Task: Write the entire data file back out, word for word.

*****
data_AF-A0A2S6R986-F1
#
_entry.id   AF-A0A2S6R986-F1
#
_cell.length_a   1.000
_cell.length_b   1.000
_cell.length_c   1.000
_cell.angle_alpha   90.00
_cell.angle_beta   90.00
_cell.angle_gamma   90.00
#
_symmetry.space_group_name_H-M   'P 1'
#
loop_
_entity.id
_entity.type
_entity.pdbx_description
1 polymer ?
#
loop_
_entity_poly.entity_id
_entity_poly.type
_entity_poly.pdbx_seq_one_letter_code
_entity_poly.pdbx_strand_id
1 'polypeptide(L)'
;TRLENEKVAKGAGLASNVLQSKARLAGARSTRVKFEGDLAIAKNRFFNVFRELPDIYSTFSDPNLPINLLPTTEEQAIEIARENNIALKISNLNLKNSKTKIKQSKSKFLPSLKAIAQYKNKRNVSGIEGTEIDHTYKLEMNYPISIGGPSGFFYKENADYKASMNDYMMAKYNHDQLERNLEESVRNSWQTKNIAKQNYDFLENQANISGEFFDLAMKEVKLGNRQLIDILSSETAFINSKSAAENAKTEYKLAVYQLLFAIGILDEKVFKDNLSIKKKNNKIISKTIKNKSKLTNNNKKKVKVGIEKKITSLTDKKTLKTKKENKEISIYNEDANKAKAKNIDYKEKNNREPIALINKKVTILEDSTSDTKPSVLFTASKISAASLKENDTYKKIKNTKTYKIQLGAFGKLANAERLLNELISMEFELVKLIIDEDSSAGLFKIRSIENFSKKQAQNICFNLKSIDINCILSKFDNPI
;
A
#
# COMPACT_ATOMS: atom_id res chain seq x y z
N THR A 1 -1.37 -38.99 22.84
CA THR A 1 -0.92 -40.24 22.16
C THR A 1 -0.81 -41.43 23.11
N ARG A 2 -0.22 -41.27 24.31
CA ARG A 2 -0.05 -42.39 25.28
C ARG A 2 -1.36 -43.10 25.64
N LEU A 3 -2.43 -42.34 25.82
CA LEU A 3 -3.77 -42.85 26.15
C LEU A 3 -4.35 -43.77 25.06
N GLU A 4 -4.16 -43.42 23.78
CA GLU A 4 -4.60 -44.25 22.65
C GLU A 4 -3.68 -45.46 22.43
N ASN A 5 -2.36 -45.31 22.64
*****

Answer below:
data_AF-A0A2S6R986-F1
#
_entry.id   AF-A0A2S6R986-F1
#
_cell.length_a   1.000
_cell.length_b   1.000
_cell.length_c   1.000
_cell.angle_alpha   90.00
_cell.angle_beta   90.00
_cell.angle_gamma   90.00
#
_symmetry.space_group_name_H-M   'P 1'
#
loop_
_entity.id
_entity.type
_entity.pdbx_description
1 polymer ?
#
loop_
_entity_poly.entity_id
_entity_poly.type
_entity_poly.pdbx_seq_one_letter_code
_entity_poly.pdbx_strand_id
1 'polypeptide(L)'
;TRLENEKVAKGAGLASNVLQSKARLAGARSTRVKFEGDLAIAKNRFFNVFRELPDIYSTFSDPNLPINLLPTTEEQAIEIARENNIALKISNLNLKNSKTKIKQSKSKFLPSLKAIAQYKNKRNVSGIEGTEIDHTYKLEMNYPISIGGPSGFFYKENADYKASMNDYMMAKYNHDQLERNLEESVRNSWQTKNIAKQNYDFLENQANISGEFFDLAMKEVKLGNRQLIDILSSETAFINSKSAAENAKTEYKLAVYQLLFAIGILDEKVFKDNLSIKKKNNKIISKTIKNKSKLTNNNKKKVKVGIEKKITSLTDKKTLKTKKENKEISIYNEDANKAKAKNIDYKEKNNREPIALINKKVTILEDSTSDTKPSVLFTASKISAASLKENDTYKKIKNTKTYKIQLGAFGKLANAERLLNELISMEFELVKLIIDEDSSAGLFKIRSIENFSKKQAQNICFNLKSIDINCILSKFDNPI
;
A
#
# COMPACT_ATOMS: atom_id res chain seq x y z
N THR A 1 -1.37 -38.99 22.84
CA THR A 1 -0.92 -40.24 22.16
C THR A 1 -0.81 -41.43 23.11
N ARG A 2 -0.22 -41.27 24.31
CA ARG A 2 -0.05 -42.39 25.28
C ARG A 2 -1.36 -43.10 25.64
N LEU A 3 -2.43 -42.34 25.82
CA LEU A 3 -3.77 -42.85 26.15
C LEU A 3 -4.35 -43.77 25.06
N GLU A 4 -4.16 -43.42 23.78
CA GLU A 4 -4.60 -44.25 22.65
C GLU A 4 -3.68 -45.46 22.43
N ASN A 5 -2.36 -45.31 22.64